Join GitHub today
GitHub is home to over 28 million developers working together to host and review code, manage projects, and build software together.Sign up
Building a Knowledge Base with Codemarks
Codemarks are living links between all the information behind your code - issues, frequently asked questions, important decisions - and the code itself. A codemark captures a discussion about a block of code, and remains anchored to the code so that the discussion can be surfaced later.
Ask a question. Help a teammate. Identify issues. Codemarks are flexible tools for simplifying your workflow. But, the real power lies in the knowledge base that they collectively represent, and that gets built up effortlessly over time.
Read on to learn how to create codemarks, and how to leverage the knowledge base they represent.
Creating a codemark
Creating a codemark by selecting a block of code in your editor and then typing a question or comment. The New Codemark form will automatically pop up (although you can turn this behavior off). Keep in mind that, unlike with other solutions, you can discuss any line of code in any source file at any time, even if it’s code that you just typed into your editor and haven’t yet saved or committed. Get instant feedback form your teammates without having to go through a formal process.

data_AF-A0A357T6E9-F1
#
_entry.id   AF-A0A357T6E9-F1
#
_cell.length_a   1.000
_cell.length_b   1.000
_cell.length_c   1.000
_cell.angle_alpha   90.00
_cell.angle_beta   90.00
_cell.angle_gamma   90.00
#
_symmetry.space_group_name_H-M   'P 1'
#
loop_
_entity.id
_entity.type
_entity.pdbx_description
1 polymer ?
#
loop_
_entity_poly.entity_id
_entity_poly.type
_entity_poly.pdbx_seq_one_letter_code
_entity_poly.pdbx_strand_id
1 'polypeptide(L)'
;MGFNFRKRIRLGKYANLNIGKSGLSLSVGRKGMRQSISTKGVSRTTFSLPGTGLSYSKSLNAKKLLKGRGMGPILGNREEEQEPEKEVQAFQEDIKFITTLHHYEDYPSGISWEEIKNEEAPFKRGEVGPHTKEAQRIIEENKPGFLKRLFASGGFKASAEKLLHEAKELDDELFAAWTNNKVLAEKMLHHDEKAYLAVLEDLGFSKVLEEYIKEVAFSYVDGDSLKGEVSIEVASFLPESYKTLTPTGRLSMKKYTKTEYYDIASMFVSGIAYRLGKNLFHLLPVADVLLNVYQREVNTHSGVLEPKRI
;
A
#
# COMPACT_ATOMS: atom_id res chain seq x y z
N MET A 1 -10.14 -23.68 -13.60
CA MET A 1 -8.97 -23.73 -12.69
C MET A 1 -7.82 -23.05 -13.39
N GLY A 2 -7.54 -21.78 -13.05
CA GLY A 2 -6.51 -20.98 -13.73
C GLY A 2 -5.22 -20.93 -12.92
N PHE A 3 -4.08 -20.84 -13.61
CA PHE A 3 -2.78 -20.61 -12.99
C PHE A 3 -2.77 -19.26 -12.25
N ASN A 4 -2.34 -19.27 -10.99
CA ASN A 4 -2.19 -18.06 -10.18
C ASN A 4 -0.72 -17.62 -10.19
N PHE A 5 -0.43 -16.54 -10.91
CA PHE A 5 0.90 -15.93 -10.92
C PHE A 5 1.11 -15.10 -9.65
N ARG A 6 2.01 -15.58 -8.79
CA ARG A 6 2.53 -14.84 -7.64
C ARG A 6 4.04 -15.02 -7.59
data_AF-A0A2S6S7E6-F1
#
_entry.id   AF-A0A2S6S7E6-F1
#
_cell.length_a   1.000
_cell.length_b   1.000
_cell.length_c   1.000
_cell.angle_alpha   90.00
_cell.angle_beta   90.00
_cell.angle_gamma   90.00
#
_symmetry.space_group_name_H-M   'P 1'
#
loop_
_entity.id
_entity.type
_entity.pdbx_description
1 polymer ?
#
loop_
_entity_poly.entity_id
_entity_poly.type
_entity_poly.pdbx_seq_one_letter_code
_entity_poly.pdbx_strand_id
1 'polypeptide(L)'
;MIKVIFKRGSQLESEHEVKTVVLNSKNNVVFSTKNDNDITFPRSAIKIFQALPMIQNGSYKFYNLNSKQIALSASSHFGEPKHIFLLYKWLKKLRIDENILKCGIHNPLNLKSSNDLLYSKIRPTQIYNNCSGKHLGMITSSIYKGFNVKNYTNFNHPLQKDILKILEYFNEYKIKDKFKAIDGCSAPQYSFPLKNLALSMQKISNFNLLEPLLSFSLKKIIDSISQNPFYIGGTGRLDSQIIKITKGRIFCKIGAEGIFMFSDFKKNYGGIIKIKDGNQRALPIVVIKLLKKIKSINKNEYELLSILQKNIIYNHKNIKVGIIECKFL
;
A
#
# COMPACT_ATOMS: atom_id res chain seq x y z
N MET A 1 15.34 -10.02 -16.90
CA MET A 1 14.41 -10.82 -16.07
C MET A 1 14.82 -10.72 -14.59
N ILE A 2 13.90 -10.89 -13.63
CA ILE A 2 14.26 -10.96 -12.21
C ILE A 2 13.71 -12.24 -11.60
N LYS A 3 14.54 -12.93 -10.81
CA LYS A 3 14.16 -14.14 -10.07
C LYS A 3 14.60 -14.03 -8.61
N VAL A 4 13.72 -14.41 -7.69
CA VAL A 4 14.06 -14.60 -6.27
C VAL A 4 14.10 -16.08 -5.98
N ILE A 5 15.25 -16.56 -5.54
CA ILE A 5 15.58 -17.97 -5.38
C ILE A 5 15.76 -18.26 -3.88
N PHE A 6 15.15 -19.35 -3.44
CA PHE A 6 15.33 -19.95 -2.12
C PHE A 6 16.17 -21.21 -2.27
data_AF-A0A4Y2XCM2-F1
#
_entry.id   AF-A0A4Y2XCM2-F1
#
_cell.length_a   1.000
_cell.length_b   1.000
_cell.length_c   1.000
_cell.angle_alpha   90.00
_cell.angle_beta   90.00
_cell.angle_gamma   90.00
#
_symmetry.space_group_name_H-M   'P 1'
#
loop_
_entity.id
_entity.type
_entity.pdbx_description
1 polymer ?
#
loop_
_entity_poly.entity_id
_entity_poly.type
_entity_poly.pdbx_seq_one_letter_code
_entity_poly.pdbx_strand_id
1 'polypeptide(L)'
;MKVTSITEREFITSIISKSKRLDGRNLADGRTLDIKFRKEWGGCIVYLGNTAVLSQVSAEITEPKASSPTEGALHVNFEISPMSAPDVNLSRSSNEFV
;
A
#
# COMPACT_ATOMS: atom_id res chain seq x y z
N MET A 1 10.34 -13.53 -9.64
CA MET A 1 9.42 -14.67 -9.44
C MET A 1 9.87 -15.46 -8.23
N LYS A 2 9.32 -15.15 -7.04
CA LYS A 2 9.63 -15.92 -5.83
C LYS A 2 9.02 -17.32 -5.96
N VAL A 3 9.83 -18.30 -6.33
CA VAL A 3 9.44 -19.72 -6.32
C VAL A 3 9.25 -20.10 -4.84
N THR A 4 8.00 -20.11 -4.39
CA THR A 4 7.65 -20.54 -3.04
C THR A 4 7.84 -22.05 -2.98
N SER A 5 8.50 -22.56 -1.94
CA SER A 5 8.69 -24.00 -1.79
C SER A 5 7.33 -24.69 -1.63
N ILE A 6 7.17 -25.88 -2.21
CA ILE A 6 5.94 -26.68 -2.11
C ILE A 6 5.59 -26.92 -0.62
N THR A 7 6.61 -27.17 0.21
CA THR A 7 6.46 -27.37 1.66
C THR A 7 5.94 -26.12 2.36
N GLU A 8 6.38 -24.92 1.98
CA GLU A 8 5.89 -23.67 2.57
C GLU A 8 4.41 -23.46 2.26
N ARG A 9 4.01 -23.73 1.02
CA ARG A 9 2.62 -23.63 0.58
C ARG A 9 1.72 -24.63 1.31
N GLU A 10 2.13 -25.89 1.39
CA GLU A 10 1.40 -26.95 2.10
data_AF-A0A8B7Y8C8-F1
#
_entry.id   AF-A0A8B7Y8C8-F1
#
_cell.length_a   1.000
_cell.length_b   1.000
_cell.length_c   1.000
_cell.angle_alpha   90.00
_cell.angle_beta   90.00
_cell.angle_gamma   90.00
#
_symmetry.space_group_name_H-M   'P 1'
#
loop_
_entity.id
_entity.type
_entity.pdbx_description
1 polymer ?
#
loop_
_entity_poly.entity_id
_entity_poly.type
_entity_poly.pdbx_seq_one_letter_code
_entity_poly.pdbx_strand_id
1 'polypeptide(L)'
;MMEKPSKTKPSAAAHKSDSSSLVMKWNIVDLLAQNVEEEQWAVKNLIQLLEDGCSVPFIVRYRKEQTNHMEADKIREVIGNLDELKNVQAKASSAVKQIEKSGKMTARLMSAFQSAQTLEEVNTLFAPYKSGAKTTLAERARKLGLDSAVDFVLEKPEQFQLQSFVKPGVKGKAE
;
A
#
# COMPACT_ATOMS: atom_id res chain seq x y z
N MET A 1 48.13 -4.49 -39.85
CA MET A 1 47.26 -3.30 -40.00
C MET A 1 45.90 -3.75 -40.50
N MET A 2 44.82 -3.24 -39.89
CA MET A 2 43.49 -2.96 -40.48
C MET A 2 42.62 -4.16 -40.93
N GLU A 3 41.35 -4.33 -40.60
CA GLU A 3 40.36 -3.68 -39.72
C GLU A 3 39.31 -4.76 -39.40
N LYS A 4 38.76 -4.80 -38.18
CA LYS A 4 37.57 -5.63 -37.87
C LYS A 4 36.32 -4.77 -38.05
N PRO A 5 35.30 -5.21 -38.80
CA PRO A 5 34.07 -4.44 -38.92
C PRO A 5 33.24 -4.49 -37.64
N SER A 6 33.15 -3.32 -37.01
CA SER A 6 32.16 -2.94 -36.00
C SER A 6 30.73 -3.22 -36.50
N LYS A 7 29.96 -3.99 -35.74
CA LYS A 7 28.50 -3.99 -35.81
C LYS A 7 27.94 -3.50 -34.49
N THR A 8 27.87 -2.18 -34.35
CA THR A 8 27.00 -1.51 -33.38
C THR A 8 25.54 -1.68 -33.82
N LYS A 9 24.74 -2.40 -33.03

Select a conversation in which the codemark should be shared, pick a color for the codemark’s icon (e.g., your team can give different colors different meanings), and then, importantly, decide what type of codemark you want to create.
The all-purpose codemark for linking any type of discussion to a block of code.
Some examples are...
- Ask a question. Leverage your teammates’ knowledge to get help with code you’re struggling with, trying to debug, or simply trying to understand.
- Document important or complex areas of code. Unlike inline comments, codemarks are conversational. You can clarify, add additional commentary, reply, @mention, and all of the usual interactions you typically use in modern chat services.